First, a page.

The holidays have passed and we have reached that time of year when everybody discusses their New Year’s resolutions. Whilst goals such as quitting smoking or ‘getting fit’ are positive ideals, the majority fall short. This year, why not also pursue an endeavour focused around your work? Below are four things to consider for 2015…

1. ‘Rev up your résumé’ - Amy Levin-Epstein (CBS Moneywatch)

Whilst you might not be actively seeking new employment, effort should be made to regularly update your CV. When you’re comfortable in a job this might seem inconvenient, but in the current business environment the employer often comes to you. This is especially true for highly skilled individuals, who may be approached by head-hunters with time-sensitive offers. Presented with a lucrative offer, would you really want to be rushing to update your CV?

Another benefit is that you automatically review your progress and establish ‘where you’re at’ in your current role and career. Considering most employment involves reviews and appraisals with management, this can help you provide a comprehensive justification of your contributions and achievements to date. If you are not satisfied with the outcome, then consider steps you could take and ways you could ‘upskill’ yourself to improve your CV.

Read more about ‘upskilling’ yourself here: ‘New Year’s Resolution; three easy ways to upskill yourself outside of work’.

2. ‘A healthy work-life balance’ - Mike Harden (CEO, Clarity Group)

Another great New Years resolution is to ensure you are content with your work-life balance; you should be working to live, not living to work. As remote working becomes more common and the traditional working day becomes less common, it is increasingly difficult to establish when work finishes. As a result an ‘always on’ culture has materialised, so to counter this it’s vital that you establish your own boundaries and fill your time away from work with activities you enjoy.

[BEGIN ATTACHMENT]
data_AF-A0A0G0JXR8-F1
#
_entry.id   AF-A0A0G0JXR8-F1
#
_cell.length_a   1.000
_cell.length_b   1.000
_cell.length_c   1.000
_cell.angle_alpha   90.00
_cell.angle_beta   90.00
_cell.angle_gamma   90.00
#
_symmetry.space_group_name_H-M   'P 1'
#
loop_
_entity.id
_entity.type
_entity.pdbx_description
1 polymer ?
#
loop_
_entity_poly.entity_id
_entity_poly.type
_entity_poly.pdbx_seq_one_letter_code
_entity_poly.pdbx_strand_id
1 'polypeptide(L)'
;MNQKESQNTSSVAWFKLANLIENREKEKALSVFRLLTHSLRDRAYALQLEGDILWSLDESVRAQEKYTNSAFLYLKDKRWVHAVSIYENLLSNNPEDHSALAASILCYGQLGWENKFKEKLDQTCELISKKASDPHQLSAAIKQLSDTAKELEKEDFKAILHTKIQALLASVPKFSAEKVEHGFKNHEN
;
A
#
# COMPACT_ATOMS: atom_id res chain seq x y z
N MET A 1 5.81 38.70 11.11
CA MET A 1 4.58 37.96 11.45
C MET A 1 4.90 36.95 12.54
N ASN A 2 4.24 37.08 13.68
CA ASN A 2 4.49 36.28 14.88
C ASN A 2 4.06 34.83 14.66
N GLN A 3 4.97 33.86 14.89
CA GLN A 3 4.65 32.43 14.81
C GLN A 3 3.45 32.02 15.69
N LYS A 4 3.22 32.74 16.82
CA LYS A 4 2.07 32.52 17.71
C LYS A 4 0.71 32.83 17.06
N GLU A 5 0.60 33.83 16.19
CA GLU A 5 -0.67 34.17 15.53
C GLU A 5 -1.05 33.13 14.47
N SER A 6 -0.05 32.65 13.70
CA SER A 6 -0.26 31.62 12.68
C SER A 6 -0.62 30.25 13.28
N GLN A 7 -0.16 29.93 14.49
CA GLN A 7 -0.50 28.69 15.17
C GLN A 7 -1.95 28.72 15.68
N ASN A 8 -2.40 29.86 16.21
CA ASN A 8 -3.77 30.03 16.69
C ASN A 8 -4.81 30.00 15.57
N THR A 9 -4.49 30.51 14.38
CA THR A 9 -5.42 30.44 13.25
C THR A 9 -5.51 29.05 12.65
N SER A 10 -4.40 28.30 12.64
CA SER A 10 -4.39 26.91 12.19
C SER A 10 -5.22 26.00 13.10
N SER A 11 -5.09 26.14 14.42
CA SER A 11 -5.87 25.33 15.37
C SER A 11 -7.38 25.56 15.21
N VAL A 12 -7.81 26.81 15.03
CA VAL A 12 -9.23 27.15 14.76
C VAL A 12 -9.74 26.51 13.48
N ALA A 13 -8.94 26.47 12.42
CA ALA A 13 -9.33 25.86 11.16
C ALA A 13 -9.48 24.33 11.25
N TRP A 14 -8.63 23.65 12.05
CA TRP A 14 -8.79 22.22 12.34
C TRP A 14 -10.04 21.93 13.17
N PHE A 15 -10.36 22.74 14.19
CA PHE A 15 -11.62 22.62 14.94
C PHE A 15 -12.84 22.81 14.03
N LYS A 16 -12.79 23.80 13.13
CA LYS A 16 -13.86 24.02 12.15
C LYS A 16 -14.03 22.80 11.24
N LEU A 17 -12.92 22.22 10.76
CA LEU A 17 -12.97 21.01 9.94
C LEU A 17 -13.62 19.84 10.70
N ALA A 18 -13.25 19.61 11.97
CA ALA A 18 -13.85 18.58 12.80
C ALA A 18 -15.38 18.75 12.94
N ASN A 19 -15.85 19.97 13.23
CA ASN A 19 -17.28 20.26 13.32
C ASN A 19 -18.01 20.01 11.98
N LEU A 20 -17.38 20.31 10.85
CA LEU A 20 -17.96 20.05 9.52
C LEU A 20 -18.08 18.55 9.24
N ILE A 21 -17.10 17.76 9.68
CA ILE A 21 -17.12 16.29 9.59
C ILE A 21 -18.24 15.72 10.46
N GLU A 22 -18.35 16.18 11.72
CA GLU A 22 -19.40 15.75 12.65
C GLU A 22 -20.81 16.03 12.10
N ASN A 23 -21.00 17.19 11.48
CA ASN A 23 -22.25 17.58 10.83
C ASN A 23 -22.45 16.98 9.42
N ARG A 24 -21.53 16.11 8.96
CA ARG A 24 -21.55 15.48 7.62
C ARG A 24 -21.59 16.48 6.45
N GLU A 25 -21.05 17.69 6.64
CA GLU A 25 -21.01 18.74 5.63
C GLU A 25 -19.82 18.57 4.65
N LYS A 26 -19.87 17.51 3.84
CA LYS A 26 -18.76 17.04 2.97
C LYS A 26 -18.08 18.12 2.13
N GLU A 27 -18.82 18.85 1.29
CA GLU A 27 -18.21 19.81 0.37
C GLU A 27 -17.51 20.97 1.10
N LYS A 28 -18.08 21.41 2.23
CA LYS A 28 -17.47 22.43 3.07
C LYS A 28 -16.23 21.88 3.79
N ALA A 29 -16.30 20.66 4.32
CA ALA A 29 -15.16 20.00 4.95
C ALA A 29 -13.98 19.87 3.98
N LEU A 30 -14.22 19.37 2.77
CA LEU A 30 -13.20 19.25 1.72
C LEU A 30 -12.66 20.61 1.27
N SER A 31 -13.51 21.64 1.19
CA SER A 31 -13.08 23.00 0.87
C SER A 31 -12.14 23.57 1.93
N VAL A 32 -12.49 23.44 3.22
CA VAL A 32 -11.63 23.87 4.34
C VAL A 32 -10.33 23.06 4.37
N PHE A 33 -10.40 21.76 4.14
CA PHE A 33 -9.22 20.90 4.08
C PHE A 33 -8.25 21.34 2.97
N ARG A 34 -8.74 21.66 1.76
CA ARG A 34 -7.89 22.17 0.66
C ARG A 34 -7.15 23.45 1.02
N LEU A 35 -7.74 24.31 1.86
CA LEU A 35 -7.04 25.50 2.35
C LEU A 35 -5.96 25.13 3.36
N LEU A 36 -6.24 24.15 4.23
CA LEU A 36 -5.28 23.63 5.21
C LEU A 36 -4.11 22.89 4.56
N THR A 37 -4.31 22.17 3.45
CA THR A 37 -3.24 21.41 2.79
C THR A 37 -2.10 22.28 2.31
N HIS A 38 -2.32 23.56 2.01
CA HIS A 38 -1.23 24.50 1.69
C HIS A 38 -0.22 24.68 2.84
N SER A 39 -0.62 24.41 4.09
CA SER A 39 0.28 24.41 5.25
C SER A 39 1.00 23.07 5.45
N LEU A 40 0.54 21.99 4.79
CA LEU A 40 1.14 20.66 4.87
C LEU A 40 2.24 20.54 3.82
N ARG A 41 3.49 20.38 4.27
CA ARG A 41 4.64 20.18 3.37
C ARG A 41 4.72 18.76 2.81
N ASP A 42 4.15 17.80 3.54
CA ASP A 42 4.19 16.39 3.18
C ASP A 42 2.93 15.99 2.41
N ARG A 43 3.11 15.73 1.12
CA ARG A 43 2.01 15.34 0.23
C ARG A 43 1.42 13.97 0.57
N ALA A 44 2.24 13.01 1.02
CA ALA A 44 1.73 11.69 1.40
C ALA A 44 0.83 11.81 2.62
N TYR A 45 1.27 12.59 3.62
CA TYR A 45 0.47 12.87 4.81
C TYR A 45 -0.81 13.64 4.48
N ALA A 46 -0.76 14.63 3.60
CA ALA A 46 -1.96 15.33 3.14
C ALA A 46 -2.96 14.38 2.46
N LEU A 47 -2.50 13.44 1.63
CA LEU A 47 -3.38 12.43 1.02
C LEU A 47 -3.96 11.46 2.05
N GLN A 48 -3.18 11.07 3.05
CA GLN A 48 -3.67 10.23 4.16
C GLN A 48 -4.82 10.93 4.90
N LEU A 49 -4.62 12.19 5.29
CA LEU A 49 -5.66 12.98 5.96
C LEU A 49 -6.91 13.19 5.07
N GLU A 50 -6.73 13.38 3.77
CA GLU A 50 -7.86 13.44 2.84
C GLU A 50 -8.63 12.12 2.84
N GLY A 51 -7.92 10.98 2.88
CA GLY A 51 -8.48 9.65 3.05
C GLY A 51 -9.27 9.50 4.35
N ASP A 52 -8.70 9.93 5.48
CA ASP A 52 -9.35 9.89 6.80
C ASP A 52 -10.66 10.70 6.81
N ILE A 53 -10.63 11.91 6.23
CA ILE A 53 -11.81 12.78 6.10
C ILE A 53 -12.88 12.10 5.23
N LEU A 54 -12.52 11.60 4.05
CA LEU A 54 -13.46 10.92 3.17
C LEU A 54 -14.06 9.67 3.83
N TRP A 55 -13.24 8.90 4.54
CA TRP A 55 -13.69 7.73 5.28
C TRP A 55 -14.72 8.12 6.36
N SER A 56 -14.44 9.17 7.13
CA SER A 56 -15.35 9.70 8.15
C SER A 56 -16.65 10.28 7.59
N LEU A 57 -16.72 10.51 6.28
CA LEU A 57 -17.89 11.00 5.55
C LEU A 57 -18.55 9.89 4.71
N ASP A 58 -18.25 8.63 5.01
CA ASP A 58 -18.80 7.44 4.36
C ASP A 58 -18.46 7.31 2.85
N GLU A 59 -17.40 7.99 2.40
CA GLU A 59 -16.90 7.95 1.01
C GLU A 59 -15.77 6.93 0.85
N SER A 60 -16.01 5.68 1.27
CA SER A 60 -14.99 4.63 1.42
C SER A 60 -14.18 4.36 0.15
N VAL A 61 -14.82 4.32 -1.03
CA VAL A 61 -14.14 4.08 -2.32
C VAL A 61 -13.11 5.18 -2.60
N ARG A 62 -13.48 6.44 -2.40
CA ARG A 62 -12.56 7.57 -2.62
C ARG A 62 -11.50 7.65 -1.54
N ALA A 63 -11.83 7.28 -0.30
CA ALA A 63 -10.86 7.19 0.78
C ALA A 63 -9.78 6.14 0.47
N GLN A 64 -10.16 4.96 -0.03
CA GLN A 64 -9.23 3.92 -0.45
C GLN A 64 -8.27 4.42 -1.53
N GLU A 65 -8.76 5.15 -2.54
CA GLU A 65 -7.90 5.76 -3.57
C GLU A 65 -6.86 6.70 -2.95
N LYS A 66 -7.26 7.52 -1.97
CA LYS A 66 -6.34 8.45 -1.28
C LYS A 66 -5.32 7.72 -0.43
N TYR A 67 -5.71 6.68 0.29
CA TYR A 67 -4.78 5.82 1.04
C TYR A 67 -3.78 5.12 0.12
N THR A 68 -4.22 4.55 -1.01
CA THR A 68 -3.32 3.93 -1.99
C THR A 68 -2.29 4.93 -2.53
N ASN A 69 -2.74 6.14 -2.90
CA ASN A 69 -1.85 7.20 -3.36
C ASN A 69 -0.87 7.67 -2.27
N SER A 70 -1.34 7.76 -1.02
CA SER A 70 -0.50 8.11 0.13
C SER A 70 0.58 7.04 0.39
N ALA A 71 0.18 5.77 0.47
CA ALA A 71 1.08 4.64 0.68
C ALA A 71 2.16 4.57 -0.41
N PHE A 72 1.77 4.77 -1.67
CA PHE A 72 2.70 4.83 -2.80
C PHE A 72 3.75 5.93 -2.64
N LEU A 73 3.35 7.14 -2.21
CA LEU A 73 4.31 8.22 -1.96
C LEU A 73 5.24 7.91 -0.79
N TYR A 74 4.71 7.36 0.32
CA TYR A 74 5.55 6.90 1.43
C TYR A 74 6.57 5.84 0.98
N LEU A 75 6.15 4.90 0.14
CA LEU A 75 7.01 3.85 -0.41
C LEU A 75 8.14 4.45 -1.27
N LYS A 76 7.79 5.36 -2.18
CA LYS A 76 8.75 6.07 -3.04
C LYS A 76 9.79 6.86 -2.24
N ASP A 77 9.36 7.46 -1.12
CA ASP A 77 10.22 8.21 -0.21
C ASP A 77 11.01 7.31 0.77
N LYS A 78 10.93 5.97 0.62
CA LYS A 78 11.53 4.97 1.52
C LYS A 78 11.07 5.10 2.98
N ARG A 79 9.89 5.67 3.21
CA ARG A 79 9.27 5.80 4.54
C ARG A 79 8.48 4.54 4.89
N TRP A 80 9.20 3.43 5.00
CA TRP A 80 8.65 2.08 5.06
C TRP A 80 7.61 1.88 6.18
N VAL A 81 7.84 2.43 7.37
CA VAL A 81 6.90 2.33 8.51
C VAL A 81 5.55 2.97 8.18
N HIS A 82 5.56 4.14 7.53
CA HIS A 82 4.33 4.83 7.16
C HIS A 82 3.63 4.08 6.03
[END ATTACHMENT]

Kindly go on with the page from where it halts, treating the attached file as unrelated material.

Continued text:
30% of UK employees experience a mental health problem annually due to long hours and thinking about work away from the office, so the issue clearly needs to be addressed. Pursue hobbies, socialise, do things that relax you and to the best of your ability, leave work at work. Consider your out-of-office/annual leave approach: some people prefer to check emails once daily, some wish to remain contactable only by phone/text and others don’t want to be disturbed at all. Those with limited annual leave should try to stagger it across the year and whilst at work, take regular breaks whilst eating and drinking sufficiently.

Read more about work-life balance in our recent here: ‘Life-Work balance; employers and employees need to get their priorities straight’.

3. ‘Put another oar in the water’ - Liz Ryan (CEO & Founder, Human Workplace)

Alternatively, if you find your self with an abundance of time available and an ambition to increase your earning potential, why not generate a new revenue stream? Most of us have marketable skills and many individuals have side-businesses consulting, bookkeeping, designing websites and providing administrative support. Liz Ryan states that “everybody has marketable skills and everybody can grow entrepreneurial muscles by selling their expertise”. Whilst acknowledging your extra earning potential, a healthy work-life balance should still remain your priority.

4. ‘New year, new career?’ - Rachel Emma-Silverman (Wall Street Journal)

Finally, serious consideration should be given to your current position in the work place. Do you feel happy, valued, adequately rewarded and motivated? Or do you frequently regret the one (job) that got away? The most difficult step towards evolution in 2015 could be to change jobs or even career. Consider your career so far and whether your vocational goals can be achieved with your current employer.

Whichever goals you decide to pursue in 2015 we wish you the best of luck!

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